by Ian Sinclair
Morning Star
17 February 2014

I’ve been reviewing books for over eight years and feel I’ve just finished one of the most important books I’ve ever read. It’s a book that should cause a paradigm shift in international politics and foreign policy because it turns a lot of conventional thinking on its head.

The book is Why Civil Resistance Works: The Strategic Logic of Nonviolent Conflict, co-authored by Erica Chenoweth, an Assistant Professor of Government at Wesleyan University, and Maria J. Stephan, a strategic planner with the US State Department.

Analysing 323 examples of resistance campaigns and rebellion from 1900 to 2006, Chenoweth and Stephan conclude nonviolent campaigns have been twice as successful as violent campaigns in achieving their objectives. They contend that this difference is down to nonviolent campaigns being more likely to attract mass support, noting “the moral, physical, informational, and commitment barriers are much lower for nonviolent resistance than for violent insurgency.” This greater level of participation tends to lead to more tactical innovation, more loyalty shifts among the regime’s supporters and raises the political, economic and social costs to the regime – all of which increase the overall chances of success. Moreover, they find that nonviolent resistance campaigns are more likely to lead to democratic forms of government than violent campaigns.

Chenoweth and Stephan’s conclusions chime with Gene Sharp, the world’s leading expert on nonviolence, who told me that using violence to overthrow a dictatorship was foolish: “If your enemy has massive capacity for violence – and modern governments today have massive capacity for violence – why deliberately choose to fight with your enemy’s best weapons? They are guaranteed to win, almost certainly.”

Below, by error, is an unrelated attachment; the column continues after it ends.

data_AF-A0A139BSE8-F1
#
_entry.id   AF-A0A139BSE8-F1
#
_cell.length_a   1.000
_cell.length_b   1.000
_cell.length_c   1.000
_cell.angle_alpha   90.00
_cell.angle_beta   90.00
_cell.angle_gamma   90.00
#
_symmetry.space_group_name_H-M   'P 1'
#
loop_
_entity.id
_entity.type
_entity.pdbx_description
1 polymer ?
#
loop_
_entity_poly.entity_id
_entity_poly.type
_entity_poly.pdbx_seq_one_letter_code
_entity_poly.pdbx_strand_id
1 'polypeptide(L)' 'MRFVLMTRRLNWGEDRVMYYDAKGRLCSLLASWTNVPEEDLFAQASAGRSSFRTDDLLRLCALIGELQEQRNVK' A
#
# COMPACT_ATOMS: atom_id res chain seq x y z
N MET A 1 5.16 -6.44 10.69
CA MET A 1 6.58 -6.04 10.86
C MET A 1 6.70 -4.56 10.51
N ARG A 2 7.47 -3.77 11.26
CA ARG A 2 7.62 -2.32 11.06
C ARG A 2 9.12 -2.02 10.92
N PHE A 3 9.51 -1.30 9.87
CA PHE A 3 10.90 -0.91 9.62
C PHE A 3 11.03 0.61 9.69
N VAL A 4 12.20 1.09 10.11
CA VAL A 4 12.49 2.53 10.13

Like me, no doubt many people will be surprised by these findings. But our ignorance isn’t surprising when one considers just how dominant the conventional view of power and violence is: physical and military force is seen as the most powerful and effective action an individual, group or society can take, while nonviolence is viewed as idealistic, passive and fearful of confrontation.

Nonviolent resistance has been hidden from history. We can all rattle off the names and dates of famous battles in recent history, but how many of us know about how peaceful demonstrations overthrew the Guatemalan dictator General Ubico in 1944? Or how mass protests overthrew Ferdinand Marcos in the Philippines in 1986? If Ben Affleck wasn’t so American-centric Argo would have told the extraordinary story of how the Shah of Iran was deposed in 1979 by a campaign of civil resistance rather than focussing on staff from the US Embassy that had supported the dictatorship.